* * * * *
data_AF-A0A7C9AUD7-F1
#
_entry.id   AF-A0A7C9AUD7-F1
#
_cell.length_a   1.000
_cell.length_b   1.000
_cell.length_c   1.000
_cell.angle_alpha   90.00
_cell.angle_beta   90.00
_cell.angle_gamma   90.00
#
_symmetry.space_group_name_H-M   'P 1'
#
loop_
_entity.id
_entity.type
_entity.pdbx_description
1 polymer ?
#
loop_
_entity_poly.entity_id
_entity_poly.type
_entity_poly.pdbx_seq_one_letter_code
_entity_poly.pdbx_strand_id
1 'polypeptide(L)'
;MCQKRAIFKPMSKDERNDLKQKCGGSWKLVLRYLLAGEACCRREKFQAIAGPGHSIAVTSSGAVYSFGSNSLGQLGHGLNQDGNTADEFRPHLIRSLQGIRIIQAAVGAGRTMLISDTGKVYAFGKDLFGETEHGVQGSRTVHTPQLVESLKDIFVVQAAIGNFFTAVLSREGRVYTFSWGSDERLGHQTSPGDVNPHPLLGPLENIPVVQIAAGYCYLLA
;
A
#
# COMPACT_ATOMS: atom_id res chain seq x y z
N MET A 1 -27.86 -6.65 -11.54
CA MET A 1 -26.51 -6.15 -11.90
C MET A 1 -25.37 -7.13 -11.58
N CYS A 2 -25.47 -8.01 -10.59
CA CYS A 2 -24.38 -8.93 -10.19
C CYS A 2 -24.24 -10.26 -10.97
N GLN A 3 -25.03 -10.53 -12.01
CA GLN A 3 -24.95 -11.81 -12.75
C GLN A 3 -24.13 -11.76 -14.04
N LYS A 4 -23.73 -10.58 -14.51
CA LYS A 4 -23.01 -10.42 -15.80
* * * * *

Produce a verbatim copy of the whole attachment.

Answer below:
data_AF-A0A7C9AUD7-F1
#
_entry.id   AF-A0A7C9AUD7-F1
#
_cell.length_a   1.000
_cell.length_b   1.000
_cell.length_c   1.000
_cell.angle_alpha   90.00
_cell.angle_beta   90.00
_cell.angle_gamma   90.00
#
_symmetry.space_group_name_H-M   'P 1'
#
loop_
_entity.id
_entity.type
_entity.pdbx_description
1 polymer ?
#
loop_
_entity_poly.entity_id
_entity_poly.type
_entity_poly.pdbx_seq_one_letter_code
_entity_poly.pdbx_strand_id
1 'polypeptide(L)'
;MCQKRAIFKPMSKDERNDLKQKCGGSWKLVLRYLLAGEACCRREKFQAIAGPGHSIAVTSSGAVYSFGSNSLGQLGHGLNQDGNTADEFRPHLIRSLQGIRIIQAAVGAGRTMLISDTGKVYAFGKDLFGETEHGVQGSRTVHTPQLVESLKDIFVVQAAIGNFFTAVLSREGRVYTFSWGSDERLGHQTSPGDVNPHPLLGPLENIPVVQIAAGYCYLLA
;
A
#
# COMPACT_ATOMS: atom_id res chain seq x y z
N MET A 1 -27.86 -6.65 -11.54
CA MET A 1 -26.51 -6.15 -11.90
C MET A 1 -25.37 -7.13 -11.58
N CYS A 2 -25.47 -8.01 -10.59
CA CYS A 2 -24.38 -8.93 -10.19
C CYS A 2 -24.24 -10.26 -10.97
N GLN A 3 -25.03 -10.53 -12.01
CA GLN A 3 -24.95 -11.81 -12.75
C GLN A 3 -24.13 -11.76 -14.04
N LYS A 4 -23.73 -10.58 -14.51
CA LYS A 4 -23.01 -10.42 -15.80